Interestingly enough, they also feature on their user interfaces the ability to set a timer for the device to shut off after a predetermined length of time, mostly to satisfy the specific concerns Koreans have over fan death:
Fan death is a widely held belief prevailing in South Korea that an electric fan left running overnight in a closed room can cause the death of those inside. Fans sold in Korea are equipped with a timer switch that turns them off after a set number of minutes, which users are frequently urged to set when going to sleep with a fan on.
For me though, the wondrous house fan isn't just about cooling me down and preventing my death in the process, but to calm me down. Little Ruben got used to the gentle, reassuring sound of house fans growing up, and they're enough to put him to sleep even now. Surprisingly, so ingrained is this association with fans and sleep, he even needs one running in his room in the dead of winter, much as other people need teddy bears or their childhood blankets. Now he just has to wonder why such a discussion lead him to speak in the third person.
Unfortunately, the humble house fan is under threat on several levels, ranging from changing attitudes to scientific folk who like to point things out.
It has been raised in several circles (see what I did there?) that despite their advertised function, fans actually posses no cooling power whatsoever. While they do help with evaporation which may cool the user of a fan down temporarily, they are incapable of cooling rooms down themselves unless they're positioned in such a way as to draw cool air in from another source. In the heat of summer, this could only come from a large block of ice or an air conditioner, which would be messy and expensive respectfully.
In Singapore and increasingly Australia, air conditioners have also started to permeate through society more pervasively, so much so that the writer of this entry attempted and largely failed to write a double entendre. Whether this is an attempt by the Carriers and Daikins of the world to spin fan manufacturers out of business is something only a cool financial advisor could answer, as he twirls from a fixed point.
Thirdly, there is a concerted effort to specifically have my beloved "box fan" made redundant with the introduction of differing shapes for the fan housing. The circular fans with bases so popular at the turn of the century are enjoying a comeback, with the durable and reliable metal being replaced by a flexible, crude oil derived substance that's lighter and breakable enough to ensure their manufacturers are able to continue to sell units to the same customers.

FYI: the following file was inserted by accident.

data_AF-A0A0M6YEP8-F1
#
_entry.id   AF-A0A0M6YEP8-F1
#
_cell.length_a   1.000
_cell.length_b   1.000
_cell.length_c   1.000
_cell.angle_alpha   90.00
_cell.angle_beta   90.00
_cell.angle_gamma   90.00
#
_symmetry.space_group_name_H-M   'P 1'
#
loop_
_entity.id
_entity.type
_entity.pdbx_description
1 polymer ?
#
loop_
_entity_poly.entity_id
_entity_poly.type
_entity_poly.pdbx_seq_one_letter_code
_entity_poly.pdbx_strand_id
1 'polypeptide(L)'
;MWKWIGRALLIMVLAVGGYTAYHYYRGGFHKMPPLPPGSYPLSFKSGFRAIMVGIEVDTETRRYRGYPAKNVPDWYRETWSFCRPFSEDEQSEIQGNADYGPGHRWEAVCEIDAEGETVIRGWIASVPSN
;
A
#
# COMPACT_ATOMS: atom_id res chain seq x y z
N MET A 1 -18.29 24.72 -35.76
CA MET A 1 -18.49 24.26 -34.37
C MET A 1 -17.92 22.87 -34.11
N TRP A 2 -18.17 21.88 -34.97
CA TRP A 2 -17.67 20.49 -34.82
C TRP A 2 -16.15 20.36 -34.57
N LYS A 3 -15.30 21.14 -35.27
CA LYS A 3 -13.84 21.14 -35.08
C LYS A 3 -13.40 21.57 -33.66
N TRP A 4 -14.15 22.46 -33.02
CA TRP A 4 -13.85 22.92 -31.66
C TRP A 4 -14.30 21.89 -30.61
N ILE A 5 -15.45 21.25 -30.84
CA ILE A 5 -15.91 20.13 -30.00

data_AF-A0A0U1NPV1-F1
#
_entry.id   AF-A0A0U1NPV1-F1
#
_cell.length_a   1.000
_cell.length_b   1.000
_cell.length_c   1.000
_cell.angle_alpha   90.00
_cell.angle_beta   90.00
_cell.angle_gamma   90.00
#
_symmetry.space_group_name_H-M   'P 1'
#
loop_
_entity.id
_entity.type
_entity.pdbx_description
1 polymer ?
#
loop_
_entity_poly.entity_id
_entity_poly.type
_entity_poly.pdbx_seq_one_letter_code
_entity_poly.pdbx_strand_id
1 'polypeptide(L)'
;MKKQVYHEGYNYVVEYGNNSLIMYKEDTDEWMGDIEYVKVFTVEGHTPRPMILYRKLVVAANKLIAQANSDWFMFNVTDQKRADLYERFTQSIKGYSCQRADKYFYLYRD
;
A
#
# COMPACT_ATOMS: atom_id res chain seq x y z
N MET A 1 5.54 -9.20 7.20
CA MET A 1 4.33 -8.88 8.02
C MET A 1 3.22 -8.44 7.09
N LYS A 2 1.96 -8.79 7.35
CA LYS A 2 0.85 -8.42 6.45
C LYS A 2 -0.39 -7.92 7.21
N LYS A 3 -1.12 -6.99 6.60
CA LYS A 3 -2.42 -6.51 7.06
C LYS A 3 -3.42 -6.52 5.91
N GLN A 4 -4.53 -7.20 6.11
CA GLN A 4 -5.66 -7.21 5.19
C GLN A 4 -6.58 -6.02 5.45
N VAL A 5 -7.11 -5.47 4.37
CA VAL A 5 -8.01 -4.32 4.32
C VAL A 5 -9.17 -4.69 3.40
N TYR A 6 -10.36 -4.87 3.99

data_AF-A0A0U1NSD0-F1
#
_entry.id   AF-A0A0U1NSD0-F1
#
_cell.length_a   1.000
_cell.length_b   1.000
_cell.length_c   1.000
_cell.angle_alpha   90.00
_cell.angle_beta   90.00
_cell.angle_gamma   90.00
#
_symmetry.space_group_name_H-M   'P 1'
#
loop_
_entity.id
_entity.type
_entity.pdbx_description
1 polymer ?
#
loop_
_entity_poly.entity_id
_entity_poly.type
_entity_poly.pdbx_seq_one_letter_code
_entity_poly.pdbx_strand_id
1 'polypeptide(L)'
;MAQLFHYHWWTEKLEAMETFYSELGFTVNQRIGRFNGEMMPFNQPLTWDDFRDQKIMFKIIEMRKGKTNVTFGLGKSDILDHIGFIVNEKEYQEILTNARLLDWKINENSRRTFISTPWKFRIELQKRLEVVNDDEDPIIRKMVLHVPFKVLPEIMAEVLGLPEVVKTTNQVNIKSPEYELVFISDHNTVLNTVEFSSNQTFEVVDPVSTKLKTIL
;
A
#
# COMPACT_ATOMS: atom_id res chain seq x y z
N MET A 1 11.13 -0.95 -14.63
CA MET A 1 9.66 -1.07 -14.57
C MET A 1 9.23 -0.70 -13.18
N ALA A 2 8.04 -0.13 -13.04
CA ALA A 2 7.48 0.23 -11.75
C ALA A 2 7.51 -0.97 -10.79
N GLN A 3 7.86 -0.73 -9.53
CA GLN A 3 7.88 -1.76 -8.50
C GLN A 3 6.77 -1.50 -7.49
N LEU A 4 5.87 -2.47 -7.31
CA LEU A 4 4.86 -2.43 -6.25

In any event, the house fan to me is a gloriously wonderful piece of advanced technology, and I simply couldn't live without it. Wait, weren't these posts all supposed to have a heading asking if I could live without the technological device in question?
The house fan to me is a gloriously wonderful piece of advanced technology, and I simply couldn't live without it.
Haven't seen this official art until recently, does it have to do with the upcoming forth volume perhaps? In any event, really gorgeous colours, even if Haruhi herself was ironically my least favourite character in the series ^^;.
The first time Haruhi made a visual appearance on Rubenerd.com was in this screenshot of my FreeBSD 6.1 KDE 3.5 machine. Those were the days!
It's that Yuletide season thingy, so I'm doing what any self respecting, atheistic, masculine, terribly intelligent 24 year old would do, setting my desktop backgrounds to super cute pictures and all that. 56k warning, run for the 56k hills! Slowly!
K-On! Used it JUST for Mugi's nose and antlers XD. Snow Leopard, 1920x1200
Suzumiya Haruhi and Co. I like Yuki's hat :). Leopard, 1920x1080
Toradora. Taiga doesn't look too impressed!. Fedora 14, 1024x768
Photo from our 2009 winter trip. Germany is so amazing. FreeBSD, 1280x1024
Lucky Star, in honour of their rumoured new season. Warm and happy :). OS/2, 640x480
Straight from the source:
Chen_no_Striker: Today is the day that Endless Eight ended in the Haruhi World? I never knew that.
To keep with all the moral outrage people had about that whole debacle I claimed I hated it too, but to tell the truth... it was kinda fun. I suppose I really am weird ;).
Don't go to Comic-Con or you're a sinning idol worshipper!
Last week in a post titled Comic-con gets a new attraction, PZ Myers reported that the Westboro Baptist Church headed by Fred Phelps was going to picket this week's Comic-Con on the basis that comics are riddled with false gods that won't be able to save you. In Fred's words: